Overtime Claims in Texas
The Fair Labor Standards Act (FLSA for short) is the major piece of federal legislation that regulates the labor and employment relationship. Most significantly, the FLSA sets nationwide standards for the hours employees can be required to work, overtime pay provisions and minimum wage provisions.
RELATED: Texas Overtime Laws
The attorneys at Lindquist Wood Edwards LLP, based in Dallas, regularly regularly handle wage and hour claims for employers and employees. We also advise employers concerning compliance with the FLSA and other employment law issues.
The FLSA requires employers to compensate their employees at a rate of one and one-half their ordinary wage for all hours worked over 40 in a workweek. The FLSA does not, however, require overtime for any hours worked over eight hours in a day, although many employers choose to do so voluntarily or through employment contracts. The FLSA does not require employers to pay overtime for work performed on weekends or holidays either.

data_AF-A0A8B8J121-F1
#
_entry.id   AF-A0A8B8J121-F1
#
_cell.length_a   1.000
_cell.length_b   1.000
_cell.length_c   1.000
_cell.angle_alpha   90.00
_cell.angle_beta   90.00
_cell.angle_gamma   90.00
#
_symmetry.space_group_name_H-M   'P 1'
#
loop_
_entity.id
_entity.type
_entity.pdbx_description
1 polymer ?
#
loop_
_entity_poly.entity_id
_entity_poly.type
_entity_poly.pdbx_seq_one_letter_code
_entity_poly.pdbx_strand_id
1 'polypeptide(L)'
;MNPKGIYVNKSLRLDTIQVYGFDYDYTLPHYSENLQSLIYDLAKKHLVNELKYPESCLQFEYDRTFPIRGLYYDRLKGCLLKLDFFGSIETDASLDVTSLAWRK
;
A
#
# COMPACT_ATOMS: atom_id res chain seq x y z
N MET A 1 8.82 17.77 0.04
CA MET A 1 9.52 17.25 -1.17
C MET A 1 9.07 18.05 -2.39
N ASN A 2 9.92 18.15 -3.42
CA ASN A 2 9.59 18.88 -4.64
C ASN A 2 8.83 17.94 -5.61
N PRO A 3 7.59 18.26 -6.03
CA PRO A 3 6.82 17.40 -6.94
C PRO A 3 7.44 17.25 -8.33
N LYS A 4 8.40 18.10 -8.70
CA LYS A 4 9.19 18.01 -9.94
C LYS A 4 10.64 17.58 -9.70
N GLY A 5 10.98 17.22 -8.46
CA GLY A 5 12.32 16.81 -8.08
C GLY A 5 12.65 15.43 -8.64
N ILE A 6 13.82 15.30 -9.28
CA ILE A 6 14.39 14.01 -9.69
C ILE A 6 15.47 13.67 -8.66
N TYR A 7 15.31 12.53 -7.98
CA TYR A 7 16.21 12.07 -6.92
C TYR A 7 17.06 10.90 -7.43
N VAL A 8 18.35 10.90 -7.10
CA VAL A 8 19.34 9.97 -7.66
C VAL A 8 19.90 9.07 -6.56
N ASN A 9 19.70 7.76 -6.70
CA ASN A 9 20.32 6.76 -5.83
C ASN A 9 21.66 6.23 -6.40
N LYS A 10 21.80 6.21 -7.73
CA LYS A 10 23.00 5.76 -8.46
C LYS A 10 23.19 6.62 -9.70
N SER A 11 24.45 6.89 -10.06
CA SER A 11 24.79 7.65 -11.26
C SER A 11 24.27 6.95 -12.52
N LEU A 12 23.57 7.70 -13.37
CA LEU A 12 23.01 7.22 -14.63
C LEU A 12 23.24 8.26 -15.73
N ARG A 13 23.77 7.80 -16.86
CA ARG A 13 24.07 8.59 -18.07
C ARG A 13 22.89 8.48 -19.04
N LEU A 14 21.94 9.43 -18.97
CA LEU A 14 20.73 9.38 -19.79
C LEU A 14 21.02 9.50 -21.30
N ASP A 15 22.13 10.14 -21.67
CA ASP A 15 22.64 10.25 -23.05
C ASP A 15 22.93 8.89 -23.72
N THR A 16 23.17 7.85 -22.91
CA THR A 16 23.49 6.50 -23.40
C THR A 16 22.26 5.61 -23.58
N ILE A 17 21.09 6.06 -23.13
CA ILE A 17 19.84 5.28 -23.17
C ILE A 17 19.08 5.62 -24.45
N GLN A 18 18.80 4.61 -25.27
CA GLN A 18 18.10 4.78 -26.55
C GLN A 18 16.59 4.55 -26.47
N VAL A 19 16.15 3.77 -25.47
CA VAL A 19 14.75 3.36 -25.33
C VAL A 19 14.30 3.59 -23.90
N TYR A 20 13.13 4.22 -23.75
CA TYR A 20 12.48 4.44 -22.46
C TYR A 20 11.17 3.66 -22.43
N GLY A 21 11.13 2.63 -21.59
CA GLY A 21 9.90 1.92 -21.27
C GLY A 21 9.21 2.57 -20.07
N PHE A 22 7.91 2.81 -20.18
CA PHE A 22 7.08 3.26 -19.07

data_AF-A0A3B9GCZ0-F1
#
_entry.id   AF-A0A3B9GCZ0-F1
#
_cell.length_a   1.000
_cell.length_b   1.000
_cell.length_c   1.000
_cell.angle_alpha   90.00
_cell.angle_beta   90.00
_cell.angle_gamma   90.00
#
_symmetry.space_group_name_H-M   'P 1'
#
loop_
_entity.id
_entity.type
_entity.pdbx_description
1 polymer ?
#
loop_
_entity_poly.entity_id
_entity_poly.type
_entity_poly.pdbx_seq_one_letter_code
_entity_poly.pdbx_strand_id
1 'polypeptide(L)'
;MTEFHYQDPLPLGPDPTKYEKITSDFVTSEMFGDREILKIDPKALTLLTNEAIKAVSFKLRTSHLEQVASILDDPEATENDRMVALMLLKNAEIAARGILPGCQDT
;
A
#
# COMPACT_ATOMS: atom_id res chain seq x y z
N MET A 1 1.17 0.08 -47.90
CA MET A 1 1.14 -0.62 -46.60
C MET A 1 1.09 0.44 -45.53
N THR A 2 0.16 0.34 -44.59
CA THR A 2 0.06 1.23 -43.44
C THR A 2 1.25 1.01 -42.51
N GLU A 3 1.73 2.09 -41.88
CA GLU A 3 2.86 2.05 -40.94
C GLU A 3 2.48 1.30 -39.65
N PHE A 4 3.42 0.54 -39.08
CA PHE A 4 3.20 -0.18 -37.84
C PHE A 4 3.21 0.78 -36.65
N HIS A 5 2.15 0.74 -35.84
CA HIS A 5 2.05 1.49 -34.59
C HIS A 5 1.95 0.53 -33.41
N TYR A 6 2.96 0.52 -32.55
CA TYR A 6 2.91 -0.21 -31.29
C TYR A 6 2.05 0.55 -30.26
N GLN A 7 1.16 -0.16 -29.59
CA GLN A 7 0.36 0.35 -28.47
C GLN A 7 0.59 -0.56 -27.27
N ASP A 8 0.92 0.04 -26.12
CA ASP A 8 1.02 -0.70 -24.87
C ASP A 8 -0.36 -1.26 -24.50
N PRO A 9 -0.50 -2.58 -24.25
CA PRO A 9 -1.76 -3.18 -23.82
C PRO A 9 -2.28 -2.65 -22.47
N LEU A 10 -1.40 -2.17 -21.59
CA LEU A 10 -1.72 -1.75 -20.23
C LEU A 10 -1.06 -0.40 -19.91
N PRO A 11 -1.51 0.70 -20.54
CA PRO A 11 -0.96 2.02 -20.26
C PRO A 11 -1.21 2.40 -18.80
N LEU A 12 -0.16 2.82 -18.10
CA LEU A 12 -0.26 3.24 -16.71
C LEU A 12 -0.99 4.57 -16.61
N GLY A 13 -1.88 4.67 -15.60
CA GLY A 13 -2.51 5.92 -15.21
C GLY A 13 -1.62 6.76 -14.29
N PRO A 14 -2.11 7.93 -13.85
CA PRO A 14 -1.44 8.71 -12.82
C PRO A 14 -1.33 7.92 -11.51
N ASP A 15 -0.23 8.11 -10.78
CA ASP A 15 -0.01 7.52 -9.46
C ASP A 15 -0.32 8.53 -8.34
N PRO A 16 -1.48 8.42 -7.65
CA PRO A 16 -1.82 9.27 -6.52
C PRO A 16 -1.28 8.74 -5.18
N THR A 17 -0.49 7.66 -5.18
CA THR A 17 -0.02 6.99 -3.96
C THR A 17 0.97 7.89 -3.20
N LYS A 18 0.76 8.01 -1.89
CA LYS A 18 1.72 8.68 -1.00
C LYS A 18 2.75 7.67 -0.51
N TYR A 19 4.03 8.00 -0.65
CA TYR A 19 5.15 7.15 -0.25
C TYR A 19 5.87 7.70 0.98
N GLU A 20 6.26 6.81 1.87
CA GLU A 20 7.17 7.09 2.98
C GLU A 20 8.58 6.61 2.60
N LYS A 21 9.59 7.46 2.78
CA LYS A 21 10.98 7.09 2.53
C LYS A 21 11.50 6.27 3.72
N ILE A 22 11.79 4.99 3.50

In addition to the FLSA, a companion piece of legislation known as the Portal-to-Portal Act was passed to clarify and correct discrepancies in compensable time under the law. This interrelated law prevents employers from not counting certain activities done in preparation for shift work. Generally speaking, so long as the activities an employee performs are being done for the benefit of the employer, the time should be counted toward FLSA overtime requirements.
Who Is Entitled To Overtime Pay?
The issue most frequently litigated under the FLSA is whether employees are entitled to overtime pay for hours worked over 40 in a workweek. The FLSA distinguishes between exempt employees, who are not entitled to overtime pay, and nonexempt employees, who are.